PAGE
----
Official Language(s): English
Some Other Languages Spoken: Jamaican Creole English, Portuguese, Spanish, Chinese,
Ethnic Groups: Black 91.2%, Mixed 6.2%, Other or Unknown 2.6%
Though Jamaican cuisine has been influenced by numerous cultures over the years, what makes the cuisine unique is the use of local ingredients, from scotch bonnet peppers to callaloo (a leafy green) to ackee (a fleshy fruit) to cassava (yucca root). Popular dishes include goat curry, jerk chicken and pork, flatbreads, spicy stews and soups, fried fish and an array of vegetarian dishes made with local fruits and vegetables.
Recipe: Ackee and Saltfish
Ackee and Saltfish is traditionally served for breakfast and is the national dish of Jamaica. Ackee is a creamy fruit with a buttery and nutty flavor and resembles scrambled eggs when cooked. The ackee pod grows on a tree and once ripe it naturally opens to reveal the flesh and seeds. The ackee flesh is cooked with dried salted cod, scotch bonnet peppers, tomatoes, onions, and thyme. The dish is often served on top of fried plantains and bammy cakes (grated cassava patties soaked in coconut milk and fried).
1/2 lb saltfish – boneless/skinless (dried, salted cod or other fish)
2 tablespoon olive oil (or use butter or vegetable oil)
2 cloves garlic
1 medium onion sliced
1 scotch bonnet pepper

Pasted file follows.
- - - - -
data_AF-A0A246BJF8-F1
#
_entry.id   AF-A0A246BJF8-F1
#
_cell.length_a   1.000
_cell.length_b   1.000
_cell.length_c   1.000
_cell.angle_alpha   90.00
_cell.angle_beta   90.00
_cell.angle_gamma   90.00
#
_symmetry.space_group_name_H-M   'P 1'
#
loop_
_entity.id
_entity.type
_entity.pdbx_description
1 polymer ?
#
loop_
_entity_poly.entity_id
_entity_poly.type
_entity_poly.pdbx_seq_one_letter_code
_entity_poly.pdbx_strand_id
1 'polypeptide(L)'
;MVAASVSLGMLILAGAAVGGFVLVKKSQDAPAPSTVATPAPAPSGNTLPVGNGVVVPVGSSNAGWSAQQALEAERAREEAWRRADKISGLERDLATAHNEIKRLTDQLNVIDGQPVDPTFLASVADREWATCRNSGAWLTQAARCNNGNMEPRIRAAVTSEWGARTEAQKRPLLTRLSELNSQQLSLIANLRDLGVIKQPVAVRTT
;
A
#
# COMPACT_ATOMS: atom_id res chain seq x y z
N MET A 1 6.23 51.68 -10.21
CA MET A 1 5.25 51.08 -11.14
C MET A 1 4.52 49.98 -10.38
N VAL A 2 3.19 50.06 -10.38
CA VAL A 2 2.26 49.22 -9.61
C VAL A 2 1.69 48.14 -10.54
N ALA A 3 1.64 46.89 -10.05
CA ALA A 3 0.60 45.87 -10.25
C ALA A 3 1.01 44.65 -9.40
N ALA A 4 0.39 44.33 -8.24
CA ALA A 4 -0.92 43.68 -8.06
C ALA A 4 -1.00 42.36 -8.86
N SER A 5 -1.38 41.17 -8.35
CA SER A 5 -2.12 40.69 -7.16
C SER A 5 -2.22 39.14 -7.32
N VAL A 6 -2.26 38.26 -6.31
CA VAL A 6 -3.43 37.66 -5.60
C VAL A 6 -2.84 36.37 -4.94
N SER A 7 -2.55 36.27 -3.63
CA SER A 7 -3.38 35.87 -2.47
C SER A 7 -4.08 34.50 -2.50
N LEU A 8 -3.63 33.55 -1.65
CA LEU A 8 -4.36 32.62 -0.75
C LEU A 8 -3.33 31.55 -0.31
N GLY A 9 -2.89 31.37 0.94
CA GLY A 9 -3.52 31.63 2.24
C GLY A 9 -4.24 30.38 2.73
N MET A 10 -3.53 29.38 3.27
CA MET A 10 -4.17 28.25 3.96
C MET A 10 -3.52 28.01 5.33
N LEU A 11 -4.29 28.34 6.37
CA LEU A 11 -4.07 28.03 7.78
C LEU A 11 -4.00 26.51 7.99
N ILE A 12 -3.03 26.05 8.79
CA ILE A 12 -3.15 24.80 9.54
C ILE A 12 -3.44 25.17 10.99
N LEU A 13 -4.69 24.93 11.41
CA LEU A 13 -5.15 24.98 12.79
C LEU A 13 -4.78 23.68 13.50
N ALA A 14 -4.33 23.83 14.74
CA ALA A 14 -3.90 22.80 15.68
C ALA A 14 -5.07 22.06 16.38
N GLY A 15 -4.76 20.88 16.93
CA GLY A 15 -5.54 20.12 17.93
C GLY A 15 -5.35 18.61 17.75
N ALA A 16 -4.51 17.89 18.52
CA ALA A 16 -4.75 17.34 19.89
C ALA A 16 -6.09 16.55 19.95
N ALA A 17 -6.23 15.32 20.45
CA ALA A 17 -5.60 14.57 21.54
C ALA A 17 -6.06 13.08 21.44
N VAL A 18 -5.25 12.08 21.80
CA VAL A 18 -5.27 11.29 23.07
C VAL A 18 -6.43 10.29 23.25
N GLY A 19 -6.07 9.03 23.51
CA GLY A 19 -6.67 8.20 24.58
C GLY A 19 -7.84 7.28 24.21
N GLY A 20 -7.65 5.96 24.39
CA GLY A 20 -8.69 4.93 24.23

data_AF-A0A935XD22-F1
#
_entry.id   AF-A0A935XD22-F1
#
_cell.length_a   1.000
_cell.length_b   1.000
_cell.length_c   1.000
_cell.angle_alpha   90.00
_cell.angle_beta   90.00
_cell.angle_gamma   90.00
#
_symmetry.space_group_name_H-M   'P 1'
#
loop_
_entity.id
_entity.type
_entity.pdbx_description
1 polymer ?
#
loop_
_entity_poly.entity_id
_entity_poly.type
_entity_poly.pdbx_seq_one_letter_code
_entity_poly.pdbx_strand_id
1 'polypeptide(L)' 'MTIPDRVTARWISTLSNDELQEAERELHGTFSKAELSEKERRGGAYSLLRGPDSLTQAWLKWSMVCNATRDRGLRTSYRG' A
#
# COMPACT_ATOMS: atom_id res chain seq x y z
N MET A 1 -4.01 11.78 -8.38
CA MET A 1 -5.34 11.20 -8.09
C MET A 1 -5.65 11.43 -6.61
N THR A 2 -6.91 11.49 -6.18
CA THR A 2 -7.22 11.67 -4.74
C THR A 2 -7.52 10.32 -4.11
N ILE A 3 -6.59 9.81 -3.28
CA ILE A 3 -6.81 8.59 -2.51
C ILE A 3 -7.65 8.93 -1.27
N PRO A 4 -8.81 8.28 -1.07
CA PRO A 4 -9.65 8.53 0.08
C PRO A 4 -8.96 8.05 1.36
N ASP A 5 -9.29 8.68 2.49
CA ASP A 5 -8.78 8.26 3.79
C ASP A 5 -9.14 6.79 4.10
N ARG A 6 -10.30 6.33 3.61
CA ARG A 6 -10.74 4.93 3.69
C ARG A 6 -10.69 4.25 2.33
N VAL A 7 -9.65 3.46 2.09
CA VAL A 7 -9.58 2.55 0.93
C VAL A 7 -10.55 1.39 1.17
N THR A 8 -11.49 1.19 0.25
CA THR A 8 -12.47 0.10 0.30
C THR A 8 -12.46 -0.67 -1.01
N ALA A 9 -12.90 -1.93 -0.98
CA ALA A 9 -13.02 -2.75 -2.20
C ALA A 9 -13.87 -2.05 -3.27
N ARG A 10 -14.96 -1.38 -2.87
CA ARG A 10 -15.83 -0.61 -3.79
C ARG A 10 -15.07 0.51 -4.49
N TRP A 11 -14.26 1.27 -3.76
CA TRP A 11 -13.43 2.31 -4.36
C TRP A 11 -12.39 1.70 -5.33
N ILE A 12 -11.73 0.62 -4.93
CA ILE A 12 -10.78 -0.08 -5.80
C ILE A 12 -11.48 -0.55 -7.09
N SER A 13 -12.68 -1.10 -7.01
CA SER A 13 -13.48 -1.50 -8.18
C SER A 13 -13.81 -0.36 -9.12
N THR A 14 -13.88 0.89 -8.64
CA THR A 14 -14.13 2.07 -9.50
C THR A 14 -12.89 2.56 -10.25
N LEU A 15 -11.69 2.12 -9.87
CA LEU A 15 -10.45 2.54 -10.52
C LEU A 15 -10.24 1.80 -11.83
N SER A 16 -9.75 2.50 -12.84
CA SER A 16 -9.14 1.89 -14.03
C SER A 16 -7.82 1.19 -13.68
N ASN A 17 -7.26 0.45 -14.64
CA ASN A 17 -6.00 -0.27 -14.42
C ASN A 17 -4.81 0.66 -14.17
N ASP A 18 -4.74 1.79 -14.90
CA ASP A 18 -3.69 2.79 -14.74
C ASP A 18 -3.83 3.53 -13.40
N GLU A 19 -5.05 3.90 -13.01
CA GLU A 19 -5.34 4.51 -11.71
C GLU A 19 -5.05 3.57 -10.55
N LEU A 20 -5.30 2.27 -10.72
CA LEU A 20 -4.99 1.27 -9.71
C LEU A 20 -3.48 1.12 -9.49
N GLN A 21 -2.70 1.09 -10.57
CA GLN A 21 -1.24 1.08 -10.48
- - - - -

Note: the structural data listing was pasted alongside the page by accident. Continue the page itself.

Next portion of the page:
1/4 medium bell pepper
1/4 teaspoon black pepper
fresh thyme (couple sprigs)
1 medium tomato cubed
1 can ackee (about 19 oz. or use 12 fresh ones)
Put the dry salted fish to boil in a pot on high heat, then simmer for about 20 minutes (you can also soak in cold water overnight before boiling if you wish). After boiling drain, rinse under cool water and squeeze dry. Now break apart into large flakes.
In a large sauce pan, heat the oil over medium heat. Then add the garlic, sliced onions and scotch bonnet pepper. Allow that to cook for a couple minutes (until the onion softens up a bit), then add the bell pepper, scallion, black pepper, and thyme. Allow this to cook for a couple minutes, then add the pieces of saltfish and cook for another 3-5 minutes. Add the chopped tomato and let it warm through for about a minute or two. Remember to stir, so all the ingredients get a chance to marry and explode with spectacular flavor.
Put the ackee into a strainer and run cold water over it. This is just to remove that liquid it’s been packed in. Drain and add it to the saucepan with everything else. Gently stir or toss the ackee with two forks so that it does not break apart. If it breaks apart, it will become mushy. Stir or toss for a minute or two so that the ackee heats through and absorbs all the flavors. Serve with fried plantains and bammy cakes, if desired.